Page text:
"Constantine: Unconquered Emperor, Christian Victor" by Paul Stephenson, is an easy read from the non-academic. The narrative takes the reader through the life and events of Constantine's life. From his early family history, through the turbulent years of the Tetrarchy, to his founding of Constantinople.
Constantine would go on to unite the eastern and western halves of the Empire, establishing a new ceremonial stage, his eponymous victory city, Constantinople. This was not a new capital to replace Rome, nor was it an exclusively Christian construction. Yet it became the greatest Christian city in the world, the capital of Byzantium even as Rome itself fell to barbarian hordes.
"Constantine: Unconquered Emperor, Christian Victor" is separated in three parts: Faith and Power in the Third Century, Constantine Invictus, and Victor Constantine.
The first part explores the dynamics and interplay of Imperial politics, the Roman Army, religious cults, the challenges facing the far flung Roman Empire, and the how and why Christianity rose in popularity.
The historical magnitude of Constantine's life is explained by one fact: he was the first Roman emperor to convert to Christianity. But Constantine did not make Christianity the official religion of the Roman state, nor was his conversion the reason for the rapid growth of Christianity in the fourth century A.D.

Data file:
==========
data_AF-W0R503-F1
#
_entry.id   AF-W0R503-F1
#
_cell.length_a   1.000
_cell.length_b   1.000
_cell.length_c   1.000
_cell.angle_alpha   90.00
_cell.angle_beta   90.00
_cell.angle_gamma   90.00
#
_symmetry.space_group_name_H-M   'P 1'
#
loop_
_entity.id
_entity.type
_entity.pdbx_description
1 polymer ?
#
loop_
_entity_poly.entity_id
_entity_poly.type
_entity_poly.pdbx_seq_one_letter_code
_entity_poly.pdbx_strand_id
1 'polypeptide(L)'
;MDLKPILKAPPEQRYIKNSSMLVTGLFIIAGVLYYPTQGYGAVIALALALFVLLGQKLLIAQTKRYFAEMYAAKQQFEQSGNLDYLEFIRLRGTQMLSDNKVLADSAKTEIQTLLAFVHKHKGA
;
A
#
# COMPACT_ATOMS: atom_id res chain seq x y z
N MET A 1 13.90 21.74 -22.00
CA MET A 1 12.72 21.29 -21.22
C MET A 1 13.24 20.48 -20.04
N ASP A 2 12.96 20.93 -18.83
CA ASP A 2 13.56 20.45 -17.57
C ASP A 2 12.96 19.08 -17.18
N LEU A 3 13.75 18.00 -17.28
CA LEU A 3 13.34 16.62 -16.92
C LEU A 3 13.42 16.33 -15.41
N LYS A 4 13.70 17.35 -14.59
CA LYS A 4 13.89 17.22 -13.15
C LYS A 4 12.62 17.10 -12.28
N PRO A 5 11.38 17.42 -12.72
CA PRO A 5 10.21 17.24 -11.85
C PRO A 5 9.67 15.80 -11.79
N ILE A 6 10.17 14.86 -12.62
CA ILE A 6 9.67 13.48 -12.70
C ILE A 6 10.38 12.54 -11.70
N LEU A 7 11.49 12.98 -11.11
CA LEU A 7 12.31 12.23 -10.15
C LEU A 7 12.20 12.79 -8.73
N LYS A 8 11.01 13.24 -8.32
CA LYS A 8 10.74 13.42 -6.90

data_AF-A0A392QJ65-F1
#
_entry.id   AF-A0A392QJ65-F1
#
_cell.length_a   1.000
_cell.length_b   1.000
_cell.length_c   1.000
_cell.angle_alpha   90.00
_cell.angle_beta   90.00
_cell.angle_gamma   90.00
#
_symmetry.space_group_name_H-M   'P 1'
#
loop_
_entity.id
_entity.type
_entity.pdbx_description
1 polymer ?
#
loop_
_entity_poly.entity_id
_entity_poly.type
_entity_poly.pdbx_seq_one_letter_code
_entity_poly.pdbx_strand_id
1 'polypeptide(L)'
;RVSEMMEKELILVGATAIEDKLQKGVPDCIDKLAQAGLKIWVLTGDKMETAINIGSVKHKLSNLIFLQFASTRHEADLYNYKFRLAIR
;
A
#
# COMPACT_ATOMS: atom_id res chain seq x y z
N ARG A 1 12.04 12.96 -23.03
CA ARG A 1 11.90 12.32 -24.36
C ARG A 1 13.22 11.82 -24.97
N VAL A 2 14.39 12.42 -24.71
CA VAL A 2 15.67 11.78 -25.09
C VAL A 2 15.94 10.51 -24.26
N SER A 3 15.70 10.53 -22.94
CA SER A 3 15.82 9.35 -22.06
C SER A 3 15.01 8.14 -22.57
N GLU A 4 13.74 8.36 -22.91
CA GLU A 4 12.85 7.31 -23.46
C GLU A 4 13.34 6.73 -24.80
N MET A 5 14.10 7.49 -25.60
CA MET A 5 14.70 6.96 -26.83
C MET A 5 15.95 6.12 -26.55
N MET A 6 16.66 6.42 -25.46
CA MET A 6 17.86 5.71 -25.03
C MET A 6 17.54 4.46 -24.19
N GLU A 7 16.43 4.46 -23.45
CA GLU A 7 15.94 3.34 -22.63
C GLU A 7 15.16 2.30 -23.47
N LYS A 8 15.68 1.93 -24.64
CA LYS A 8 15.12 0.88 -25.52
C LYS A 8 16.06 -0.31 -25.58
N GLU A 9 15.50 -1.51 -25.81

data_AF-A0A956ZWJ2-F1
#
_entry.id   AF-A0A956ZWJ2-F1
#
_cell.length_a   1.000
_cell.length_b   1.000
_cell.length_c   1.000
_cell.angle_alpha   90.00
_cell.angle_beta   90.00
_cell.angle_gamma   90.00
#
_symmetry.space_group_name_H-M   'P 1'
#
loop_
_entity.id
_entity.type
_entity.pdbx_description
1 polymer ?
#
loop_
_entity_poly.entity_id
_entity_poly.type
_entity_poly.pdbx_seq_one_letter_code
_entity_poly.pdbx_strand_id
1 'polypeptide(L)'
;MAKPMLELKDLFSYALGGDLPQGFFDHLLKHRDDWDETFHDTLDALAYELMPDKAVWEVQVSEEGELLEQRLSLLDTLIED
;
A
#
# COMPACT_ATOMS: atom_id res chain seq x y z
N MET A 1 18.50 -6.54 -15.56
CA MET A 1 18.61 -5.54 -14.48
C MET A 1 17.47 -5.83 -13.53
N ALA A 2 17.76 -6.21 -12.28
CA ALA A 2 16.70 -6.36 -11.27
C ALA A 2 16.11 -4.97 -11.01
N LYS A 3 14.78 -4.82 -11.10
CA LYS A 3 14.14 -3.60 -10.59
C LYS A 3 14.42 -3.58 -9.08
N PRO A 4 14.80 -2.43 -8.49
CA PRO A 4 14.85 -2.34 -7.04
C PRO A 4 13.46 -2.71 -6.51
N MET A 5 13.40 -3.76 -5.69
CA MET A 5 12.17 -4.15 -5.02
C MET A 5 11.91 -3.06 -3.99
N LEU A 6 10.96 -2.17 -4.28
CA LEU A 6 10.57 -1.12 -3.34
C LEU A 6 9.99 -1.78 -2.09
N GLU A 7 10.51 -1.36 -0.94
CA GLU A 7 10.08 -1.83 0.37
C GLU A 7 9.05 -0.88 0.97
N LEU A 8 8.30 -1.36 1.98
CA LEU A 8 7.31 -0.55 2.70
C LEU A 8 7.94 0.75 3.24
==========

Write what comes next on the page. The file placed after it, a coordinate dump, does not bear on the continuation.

-the author, from Constantine: Unconquered Emperor, Christian Victor
The second part, Constantine Invictus, deals with Constantine's early life and gradual conversion to Christianity, and his the rise to Imperial power through his father, Constantius Chlorus, and the Tetrarchy.
The third part is Constantine's reorganization of the Empire, legalization of Christianity, and the building of Constantinople as new era of the Roman Empire.
The book is interesting in that Paul Stephenson illustrates how Constantine's reign paved the way to the Medieval era and laid the foundations to the modern world. Echos of which reverberate throughout world to this day
Constantine has 24 pages with 60 illustrations of late Imperial art and monuments. It is also supplied with detailed maps, genealogies, and indexes.
Paul Stephenson is Professor of Byzantine History. His areas of focus are Byzantine political and cultural history; the history and historiography of Southeastern Europe, medieval to modern; and religious warfare. Stephenson currently teaches at Radboud University in the Netherlands.